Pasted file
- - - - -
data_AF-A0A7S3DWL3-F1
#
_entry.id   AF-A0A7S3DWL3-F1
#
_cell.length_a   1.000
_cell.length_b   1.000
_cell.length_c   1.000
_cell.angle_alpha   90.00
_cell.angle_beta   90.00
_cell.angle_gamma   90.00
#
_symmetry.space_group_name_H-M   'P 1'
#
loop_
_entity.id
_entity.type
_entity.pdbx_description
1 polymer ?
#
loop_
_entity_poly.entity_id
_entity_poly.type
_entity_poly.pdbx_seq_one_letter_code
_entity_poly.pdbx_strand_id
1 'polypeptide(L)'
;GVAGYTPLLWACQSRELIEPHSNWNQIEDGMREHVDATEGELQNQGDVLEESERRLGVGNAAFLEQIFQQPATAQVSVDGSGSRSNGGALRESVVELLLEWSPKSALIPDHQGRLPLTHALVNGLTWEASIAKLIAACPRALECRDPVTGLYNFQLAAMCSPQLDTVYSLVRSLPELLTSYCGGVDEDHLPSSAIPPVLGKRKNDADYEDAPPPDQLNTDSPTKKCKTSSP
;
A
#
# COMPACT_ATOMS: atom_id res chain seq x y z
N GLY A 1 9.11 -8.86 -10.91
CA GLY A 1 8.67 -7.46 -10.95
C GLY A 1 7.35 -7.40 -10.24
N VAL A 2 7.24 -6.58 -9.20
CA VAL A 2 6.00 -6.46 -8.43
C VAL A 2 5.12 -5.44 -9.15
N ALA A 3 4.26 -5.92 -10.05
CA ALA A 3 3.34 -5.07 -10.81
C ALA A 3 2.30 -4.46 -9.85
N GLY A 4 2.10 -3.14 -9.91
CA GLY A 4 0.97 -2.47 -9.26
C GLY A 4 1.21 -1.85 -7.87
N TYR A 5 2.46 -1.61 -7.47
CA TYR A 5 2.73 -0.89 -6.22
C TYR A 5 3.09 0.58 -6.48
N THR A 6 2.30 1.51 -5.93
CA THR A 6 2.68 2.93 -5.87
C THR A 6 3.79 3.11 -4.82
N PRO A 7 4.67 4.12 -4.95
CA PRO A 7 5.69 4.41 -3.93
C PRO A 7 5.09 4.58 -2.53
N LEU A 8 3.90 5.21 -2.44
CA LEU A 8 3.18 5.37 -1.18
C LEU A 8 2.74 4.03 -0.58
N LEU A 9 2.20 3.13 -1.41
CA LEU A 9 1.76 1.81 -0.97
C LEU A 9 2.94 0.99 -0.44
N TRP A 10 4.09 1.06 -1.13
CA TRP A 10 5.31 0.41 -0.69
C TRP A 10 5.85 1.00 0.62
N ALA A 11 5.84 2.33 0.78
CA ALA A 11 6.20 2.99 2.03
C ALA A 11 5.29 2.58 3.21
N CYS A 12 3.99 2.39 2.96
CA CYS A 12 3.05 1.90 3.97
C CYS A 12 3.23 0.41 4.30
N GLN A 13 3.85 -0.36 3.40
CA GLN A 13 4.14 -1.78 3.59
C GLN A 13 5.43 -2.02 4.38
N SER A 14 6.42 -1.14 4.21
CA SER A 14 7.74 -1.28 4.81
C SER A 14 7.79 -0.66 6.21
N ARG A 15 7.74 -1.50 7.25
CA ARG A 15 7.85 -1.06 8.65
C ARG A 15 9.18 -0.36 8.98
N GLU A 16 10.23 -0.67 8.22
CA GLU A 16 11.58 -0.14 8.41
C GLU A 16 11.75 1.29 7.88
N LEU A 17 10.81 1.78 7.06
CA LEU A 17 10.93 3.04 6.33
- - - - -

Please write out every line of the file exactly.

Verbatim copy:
data_AF-A0A7S3DWL3-F1
#
_entry.id   AF-A0A7S3DWL3-F1
#
_cell.length_a   1.000
_cell.length_b   1.000
_cell.length_c   1.000
_cell.angle_alpha   90.00
_cell.angle_beta   90.00
_cell.angle_gamma   90.00
#
_symmetry.space_group_name_H-M   'P 1'
#
loop_
_entity.id
_entity.type
_entity.pdbx_description
1 polymer ?
#
loop_
_entity_poly.entity_id
_entity_poly.type
_entity_poly.pdbx_seq_one_letter_code
_entity_poly.pdbx_strand_id
1 'polypeptide(L)'
;GVAGYTPLLWACQSRELIEPHSNWNQIEDGMREHVDATEGELQNQGDVLEESERRLGVGNAAFLEQIFQQPATAQVSVDGSGSRSNGGALRESVVELLLEWSPKSALIPDHQGRLPLTHALVNGLTWEASIAKLIAACPRALECRDPVTGLYNFQLAAMCSPQLDTVYSLVRSLPELLTSYCGGVDEDHLPSSAIPPVLGKRKNDADYEDAPPPDQLNTDSPTKKCKTSSP
;
A
#
# COMPACT_ATOMS: atom_id res chain seq x y z
N GLY A 1 9.11 -8.86 -10.91
CA GLY A 1 8.67 -7.46 -10.95
C GLY A 1 7.35 -7.40 -10.24
N VAL A 2 7.24 -6.58 -9.20
CA VAL A 2 6.00 -6.46 -8.43
C VAL A 2 5.12 -5.44 -9.15
N ALA A 3 4.26 -5.92 -10.05
CA ALA A 3 3.34 -5.07 -10.81
C ALA A 3 2.30 -4.46 -9.85
N GLY A 4 2.10 -3.14 -9.91
CA GLY A 4 0.97 -2.47 -9.26
C GLY A 4 1.21 -1.85 -7.87
N TYR A 5 2.46 -1.61 -7.47
CA TYR A 5 2.73 -0.89 -6.22
C TYR A 5 3.09 0.58 -6.48
N THR A 6 2.30 1.51 -5.93
CA THR A 6 2.68 2.93 -5.87
C THR A 6 3.79 3.11 -4.82
N PRO A 7 4.67 4.12 -4.95
CA PRO A 7 5.69 4.41 -3.93
C PRO A 7 5.09 4.58 -2.53
N LEU A 8 3.90 5.21 -2.44
CA LEU A 8 3.18 5.37 -1.18
C LEU A 8 2.74 4.03 -0.58
N LEU A 9 2.20 3.13 -1.41
CA LEU A 9 1.76 1.81 -0.97
C LEU A 9 2.94 0.99 -0.44
N TRP A 10 4.09 1.06 -1.13
CA TRP A 10 5.31 0.41 -0.69
C TRP A 10 5.85 1.00 0.62
N ALA A 11 5.84 2.33 0.78
CA ALA A 11 6.20 2.99 2.03
C ALA A 11 5.29 2.58 3.21
N CYS A 12 3.99 2.39 2.96
CA CYS A 12 3.05 1.90 3.97
C CYS A 12 3.23 0.41 4.30
N GLN A 13 3.85 -0.36 3.40
CA GLN A 13 4.14 -1.78 3.59
C GLN A 13 5.43 -2.02 4.38
N SER A 14 6.42 -1.14 4.21
CA SER A 14 7.74 -1.28 4.81
C SER A 14 7.79 -0.66 6.21
N ARG A 15 7.74 -1.50 7.25
CA ARG A 15 7.85 -1.06 8.65
C ARG A 15 9.18 -0.36 8.98
N GLU A 16 10.23 -0.67 8.22
CA GLU A 16 11.58 -0.14 8.41
C GLU A 16 11.75 1.29 7.88
N LEU A 17 10.81 1.78 7.06
CA LEU A 17 10.93 3.04 6.33